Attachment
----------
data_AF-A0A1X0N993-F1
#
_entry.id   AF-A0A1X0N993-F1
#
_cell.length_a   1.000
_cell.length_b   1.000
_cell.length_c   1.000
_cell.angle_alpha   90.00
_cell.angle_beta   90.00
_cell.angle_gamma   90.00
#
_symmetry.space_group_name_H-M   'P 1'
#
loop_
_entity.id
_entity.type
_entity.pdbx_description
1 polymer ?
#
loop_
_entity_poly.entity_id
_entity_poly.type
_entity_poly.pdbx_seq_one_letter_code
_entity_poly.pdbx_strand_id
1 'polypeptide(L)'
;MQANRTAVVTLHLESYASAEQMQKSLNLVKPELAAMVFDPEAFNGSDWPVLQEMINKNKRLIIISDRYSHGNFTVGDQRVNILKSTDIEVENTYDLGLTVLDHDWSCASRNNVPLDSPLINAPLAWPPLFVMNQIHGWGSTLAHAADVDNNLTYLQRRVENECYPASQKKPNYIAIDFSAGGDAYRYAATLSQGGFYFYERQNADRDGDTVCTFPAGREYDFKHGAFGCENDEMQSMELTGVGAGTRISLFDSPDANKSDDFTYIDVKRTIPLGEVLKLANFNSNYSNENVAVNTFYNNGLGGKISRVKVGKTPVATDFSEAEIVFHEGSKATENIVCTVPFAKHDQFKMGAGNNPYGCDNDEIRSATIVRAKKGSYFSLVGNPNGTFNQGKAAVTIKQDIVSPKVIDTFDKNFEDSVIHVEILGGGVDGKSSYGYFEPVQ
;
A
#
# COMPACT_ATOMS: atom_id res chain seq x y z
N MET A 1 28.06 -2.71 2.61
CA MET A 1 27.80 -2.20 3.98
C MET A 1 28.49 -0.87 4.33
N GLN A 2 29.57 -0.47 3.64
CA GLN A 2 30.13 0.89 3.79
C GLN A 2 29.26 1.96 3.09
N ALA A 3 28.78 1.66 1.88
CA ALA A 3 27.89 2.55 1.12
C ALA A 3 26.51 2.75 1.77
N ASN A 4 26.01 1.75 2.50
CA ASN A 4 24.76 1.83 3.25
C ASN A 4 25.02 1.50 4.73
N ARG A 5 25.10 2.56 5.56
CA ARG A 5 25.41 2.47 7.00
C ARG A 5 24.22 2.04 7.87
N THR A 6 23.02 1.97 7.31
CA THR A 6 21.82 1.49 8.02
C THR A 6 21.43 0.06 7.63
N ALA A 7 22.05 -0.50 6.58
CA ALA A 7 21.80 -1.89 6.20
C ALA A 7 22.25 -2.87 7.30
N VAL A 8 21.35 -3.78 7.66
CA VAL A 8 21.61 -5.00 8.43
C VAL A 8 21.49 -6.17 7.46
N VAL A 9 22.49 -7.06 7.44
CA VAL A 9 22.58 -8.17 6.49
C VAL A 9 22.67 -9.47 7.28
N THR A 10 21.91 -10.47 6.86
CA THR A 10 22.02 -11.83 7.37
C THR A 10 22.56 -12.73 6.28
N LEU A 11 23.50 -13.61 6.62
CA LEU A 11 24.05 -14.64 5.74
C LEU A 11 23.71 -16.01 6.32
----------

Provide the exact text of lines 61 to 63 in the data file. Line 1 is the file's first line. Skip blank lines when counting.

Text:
N LEU A 11 23.50 -13.61 6.62
CA LEU A 11 24.05 -14.64 5.74
C LEU A 11 23.71 -16.01 6.32